A strike by Carnegie Hall stagehands, whose pay with overtime tops $400,000 a year, canceled the venue’s important season-opening concert tonight featuring the Philadelphia Orchestra, superstar violinist Joshua Bell and vocalist Esperanza Spalding.
(The scheduled Opening Night Gala dinner, benefiting Carnegie Hall’s artistic and education programs, still takes place at the Waldorf Astoria’s Grand Ballroom, beginning at 6 p.m.).
“No stagehands, no show!” dozens of members of Local One of the International Alliance of Theatrical Stage Employees chanted outside Carnegie Hall’s 57th-street entrance earlier today. “Stand up, fight back!”
The stagehands demand jurisdiction over a new upstairs education wing.
Carnegie Hall, in a statement, said doing so “would divert significant funds away from the Hall’s music education programs and into stagehand fees.”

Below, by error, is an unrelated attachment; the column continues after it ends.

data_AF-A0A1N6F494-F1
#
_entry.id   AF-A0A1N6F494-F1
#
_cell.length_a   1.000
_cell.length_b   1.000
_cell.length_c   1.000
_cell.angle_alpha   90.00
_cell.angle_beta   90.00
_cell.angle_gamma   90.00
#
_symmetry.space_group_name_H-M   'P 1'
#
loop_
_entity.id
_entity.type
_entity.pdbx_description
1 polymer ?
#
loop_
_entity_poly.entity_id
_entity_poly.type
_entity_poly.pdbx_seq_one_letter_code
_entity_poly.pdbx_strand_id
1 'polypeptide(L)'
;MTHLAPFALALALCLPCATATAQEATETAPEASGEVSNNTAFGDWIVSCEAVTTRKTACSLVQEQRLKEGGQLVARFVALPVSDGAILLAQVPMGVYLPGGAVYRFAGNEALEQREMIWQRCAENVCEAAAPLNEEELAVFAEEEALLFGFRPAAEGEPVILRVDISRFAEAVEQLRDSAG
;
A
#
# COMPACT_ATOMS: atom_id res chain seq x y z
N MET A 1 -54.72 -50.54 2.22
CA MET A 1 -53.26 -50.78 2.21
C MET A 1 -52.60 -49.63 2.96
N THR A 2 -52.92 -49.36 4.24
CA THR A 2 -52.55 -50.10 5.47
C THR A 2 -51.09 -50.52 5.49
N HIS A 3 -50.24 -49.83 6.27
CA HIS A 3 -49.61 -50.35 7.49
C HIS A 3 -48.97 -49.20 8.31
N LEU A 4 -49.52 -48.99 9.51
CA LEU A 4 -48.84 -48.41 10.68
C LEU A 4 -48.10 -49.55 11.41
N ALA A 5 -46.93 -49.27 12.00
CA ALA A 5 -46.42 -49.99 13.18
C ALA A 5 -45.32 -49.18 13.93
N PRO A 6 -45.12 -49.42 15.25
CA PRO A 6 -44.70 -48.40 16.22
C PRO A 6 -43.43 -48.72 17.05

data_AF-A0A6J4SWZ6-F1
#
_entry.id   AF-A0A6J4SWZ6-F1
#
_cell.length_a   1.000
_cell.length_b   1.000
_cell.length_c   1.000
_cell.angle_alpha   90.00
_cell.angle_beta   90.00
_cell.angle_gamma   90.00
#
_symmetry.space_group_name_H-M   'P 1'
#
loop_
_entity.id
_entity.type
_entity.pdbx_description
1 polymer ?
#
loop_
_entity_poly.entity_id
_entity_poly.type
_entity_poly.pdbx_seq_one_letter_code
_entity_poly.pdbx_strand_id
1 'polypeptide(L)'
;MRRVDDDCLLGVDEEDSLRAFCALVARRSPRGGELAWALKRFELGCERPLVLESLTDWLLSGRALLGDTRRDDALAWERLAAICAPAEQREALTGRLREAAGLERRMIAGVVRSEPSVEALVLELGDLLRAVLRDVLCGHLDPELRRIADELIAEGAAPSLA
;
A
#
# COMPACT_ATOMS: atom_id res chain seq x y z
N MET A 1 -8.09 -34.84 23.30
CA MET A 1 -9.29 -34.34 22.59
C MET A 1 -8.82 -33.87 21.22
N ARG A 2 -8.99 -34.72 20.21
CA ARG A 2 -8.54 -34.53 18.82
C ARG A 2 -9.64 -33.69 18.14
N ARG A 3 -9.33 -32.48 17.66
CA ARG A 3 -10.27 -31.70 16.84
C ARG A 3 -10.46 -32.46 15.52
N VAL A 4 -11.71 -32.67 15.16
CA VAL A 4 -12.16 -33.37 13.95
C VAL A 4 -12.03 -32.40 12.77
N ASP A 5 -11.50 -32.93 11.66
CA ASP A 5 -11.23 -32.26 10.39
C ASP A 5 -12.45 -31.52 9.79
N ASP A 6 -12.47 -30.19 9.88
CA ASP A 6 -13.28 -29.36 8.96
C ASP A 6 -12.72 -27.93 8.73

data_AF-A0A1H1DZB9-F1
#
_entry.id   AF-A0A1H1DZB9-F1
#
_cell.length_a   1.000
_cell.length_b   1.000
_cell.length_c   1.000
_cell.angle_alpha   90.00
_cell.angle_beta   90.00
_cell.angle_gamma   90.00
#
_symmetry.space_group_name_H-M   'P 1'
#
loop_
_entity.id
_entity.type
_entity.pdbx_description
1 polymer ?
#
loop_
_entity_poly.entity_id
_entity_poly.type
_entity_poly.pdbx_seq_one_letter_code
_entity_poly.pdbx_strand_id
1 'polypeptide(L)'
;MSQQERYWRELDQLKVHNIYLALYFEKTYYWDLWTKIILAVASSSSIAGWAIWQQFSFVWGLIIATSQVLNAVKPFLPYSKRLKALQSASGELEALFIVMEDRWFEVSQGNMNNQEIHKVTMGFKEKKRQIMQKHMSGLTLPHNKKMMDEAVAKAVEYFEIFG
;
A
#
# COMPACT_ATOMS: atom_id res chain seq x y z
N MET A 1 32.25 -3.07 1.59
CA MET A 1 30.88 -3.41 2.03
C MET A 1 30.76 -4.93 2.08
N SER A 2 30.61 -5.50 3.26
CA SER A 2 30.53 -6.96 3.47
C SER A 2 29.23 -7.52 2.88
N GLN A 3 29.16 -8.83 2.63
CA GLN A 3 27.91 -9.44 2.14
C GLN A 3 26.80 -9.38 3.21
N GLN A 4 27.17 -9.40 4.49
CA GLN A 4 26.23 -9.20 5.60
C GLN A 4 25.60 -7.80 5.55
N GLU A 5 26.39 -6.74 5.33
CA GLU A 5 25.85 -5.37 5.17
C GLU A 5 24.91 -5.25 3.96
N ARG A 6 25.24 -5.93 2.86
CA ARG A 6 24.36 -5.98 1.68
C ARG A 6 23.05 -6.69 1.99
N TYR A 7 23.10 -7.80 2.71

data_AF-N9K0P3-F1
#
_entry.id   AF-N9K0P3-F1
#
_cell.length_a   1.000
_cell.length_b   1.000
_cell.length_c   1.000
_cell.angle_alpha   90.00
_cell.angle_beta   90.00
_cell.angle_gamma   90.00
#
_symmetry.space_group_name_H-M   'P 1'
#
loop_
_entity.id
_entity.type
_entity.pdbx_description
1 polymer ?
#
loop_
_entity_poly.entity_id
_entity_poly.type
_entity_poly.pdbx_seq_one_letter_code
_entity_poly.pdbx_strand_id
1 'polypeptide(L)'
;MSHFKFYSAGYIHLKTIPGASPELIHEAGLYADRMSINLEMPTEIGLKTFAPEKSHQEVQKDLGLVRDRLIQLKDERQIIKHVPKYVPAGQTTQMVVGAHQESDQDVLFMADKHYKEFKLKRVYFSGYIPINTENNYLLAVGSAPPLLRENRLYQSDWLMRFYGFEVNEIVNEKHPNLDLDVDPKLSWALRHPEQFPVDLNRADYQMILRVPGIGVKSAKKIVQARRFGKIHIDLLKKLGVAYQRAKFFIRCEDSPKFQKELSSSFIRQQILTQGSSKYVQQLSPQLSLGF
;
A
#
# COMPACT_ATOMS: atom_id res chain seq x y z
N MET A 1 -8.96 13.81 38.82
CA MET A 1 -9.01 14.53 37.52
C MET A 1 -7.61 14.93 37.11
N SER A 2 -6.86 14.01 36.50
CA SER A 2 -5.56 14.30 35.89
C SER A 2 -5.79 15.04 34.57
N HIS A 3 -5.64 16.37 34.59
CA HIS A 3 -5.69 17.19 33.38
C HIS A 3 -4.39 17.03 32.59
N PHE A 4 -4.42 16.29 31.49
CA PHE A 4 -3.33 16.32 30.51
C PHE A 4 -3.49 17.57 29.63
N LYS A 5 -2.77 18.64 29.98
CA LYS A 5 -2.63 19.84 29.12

“Local One also demands that Carnegie Hall displace other union employees currently performing maintenance work in the new Education Wing, insisting that stagehands perform this work, which will involve a substantially higher cost,” according to the statement.
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Picketers referred questions to Local One President James J. Claffey Jr., who they said was meeting with Carnegie Hall management.
Dennis O’Connell, the hall’s longtime properties manager, who earned $465,000 in 2011, declined to talk to a reporter.
Carnegie Hall employs five full-time stagehands and uses part-timers as needed, a spokeswoman, Synneve Carlino, said in an e-mail.
The full-timers earned an average of $420,000 in 2011, according to the tax return. They move equipment in and out of the building and prepare three stages for performances, while operating audiovisual and other equipment. They work on holidays and weekends.
Claffey confirmed the strike in an outgoing recorded message on his telephone line at Local One headquarters west of Times Square and instructed union members to gather at the hall’s West 57th Street address to man picket lines.
Ticketholders can direct questions to CarnegieCharge at +1-212-247-7800.
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